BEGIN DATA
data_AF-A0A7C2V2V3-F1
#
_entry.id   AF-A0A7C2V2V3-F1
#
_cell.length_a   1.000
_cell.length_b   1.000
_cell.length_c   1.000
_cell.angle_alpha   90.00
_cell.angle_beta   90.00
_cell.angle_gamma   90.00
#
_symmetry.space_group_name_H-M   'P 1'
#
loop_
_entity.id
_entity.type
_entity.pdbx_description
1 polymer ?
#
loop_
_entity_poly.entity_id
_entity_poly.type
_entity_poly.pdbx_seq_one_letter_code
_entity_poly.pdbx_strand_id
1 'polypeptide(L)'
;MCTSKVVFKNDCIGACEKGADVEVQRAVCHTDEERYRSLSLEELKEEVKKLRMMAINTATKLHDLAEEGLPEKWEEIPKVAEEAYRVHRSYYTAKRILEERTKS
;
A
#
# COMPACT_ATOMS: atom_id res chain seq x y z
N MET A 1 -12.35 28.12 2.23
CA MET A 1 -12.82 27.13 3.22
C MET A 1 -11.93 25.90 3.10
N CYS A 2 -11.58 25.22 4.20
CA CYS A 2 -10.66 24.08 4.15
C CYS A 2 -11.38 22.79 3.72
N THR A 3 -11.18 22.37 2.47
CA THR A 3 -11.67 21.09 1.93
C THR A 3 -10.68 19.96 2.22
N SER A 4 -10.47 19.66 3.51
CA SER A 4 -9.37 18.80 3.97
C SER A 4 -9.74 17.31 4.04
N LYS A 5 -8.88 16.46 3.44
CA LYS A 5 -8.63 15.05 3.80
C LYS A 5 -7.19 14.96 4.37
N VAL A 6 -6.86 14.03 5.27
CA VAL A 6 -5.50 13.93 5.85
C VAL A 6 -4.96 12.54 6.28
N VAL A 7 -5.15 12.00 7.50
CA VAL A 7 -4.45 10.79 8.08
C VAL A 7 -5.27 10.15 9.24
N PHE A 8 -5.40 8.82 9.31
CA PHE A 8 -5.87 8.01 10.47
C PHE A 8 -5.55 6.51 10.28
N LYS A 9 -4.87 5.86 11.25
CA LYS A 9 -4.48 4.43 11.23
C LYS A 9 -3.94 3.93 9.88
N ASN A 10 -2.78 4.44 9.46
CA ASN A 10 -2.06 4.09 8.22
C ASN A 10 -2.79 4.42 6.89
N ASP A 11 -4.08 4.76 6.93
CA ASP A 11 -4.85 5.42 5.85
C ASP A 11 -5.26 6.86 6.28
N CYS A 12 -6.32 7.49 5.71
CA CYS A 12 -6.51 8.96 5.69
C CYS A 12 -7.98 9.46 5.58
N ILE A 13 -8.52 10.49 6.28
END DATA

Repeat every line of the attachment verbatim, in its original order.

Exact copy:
data_AF-A0A7C2V2V3-F1
#
_entry.id   AF-A0A7C2V2V3-F1
#
_cell.length_a   1.000
_cell.length_b   1.000
_cell.length_c   1.000
_cell.angle_alpha   90.00
_cell.angle_beta   90.00
_cell.angle_gamma   90.00
#
_symmetry.space_group_name_H-M   'P 1'
#
loop_
_entity.id
_entity.type
_entity.pdbx_description
1 polymer ?
#
loop_
_entity_poly.entity_id
_entity_poly.type
_entity_poly.pdbx_seq_one_letter_code
_entity_poly.pdbx_strand_id
1 'polypeptide(L)'
;MCTSKVVFKNDCIGACEKGADVEVQRAVCHTDEERYRSLSLEELKEEVKKLRMMAINTATKLHDLAEEGLPEKWEEIPKVAEEAYRVHRSYYTAKRILEERTKS
;
A
#
# COMPACT_ATOMS: atom_id res chain seq x y z
N MET A 1 -12.35 28.12 2.23
CA MET A 1 -12.82 27.13 3.22
C MET A 1 -11.93 25.90 3.10
N CYS A 2 -11.58 25.22 4.20
CA CYS A 2 -10.66 24.08 4.15
C CYS A 2 -11.38 22.79 3.72
N THR A 3 -11.18 22.37 2.47
CA THR A 3 -11.67 21.09 1.93
C THR A 3 -10.68 19.96 2.22
N SER A 4 -10.47 19.66 3.51
CA SER A 4 -9.37 18.80 3.97
C SER A 4 -9.74 17.31 4.04
N LYS A 5 -8.88 16.46 3.44
CA LYS A 5 -8.63 15.05 3.80
C LYS A 5 -7.19 14.96 4.37
N VAL A 6 -6.86 14.03 5.27
CA VAL A 6 -5.50 13.93 5.85
C VAL A 6 -4.96 12.54 6.28
N VAL A 7 -5.15 12.00 7.50
CA VAL A 7 -4.45 10.79 8.08
C VAL A 7 -5.27 10.15 9.24
N PHE A 8 -5.40 8.82 9.31
CA PHE A 8 -5.87 8.01 10.47
C PHE A 8 -5.55 6.51 10.28
N LYS A 9 -4.87 5.86 11.25
CA LYS A 9 -4.48 4.43 11.23
C LYS A 9 -3.94 3.93 9.88
N ASN A 10 -2.78 4.44 9.46
CA ASN A 10 -2.06 4.09 8.22
C ASN A 10 -2.79 4.42 6.89
N ASP A 11 -4.08 4.76 6.93
CA ASP A 11 -4.85 5.42 5.85
C ASP A 11 -5.26 6.86 6.28
N CYS A 12 -6.32 7.49 5.71
CA CYS A 12 -6.51 8.96 5.69
C CYS A 12 -7.98 9.46 5.58
N ILE A 13 -8.52 10.49 6.28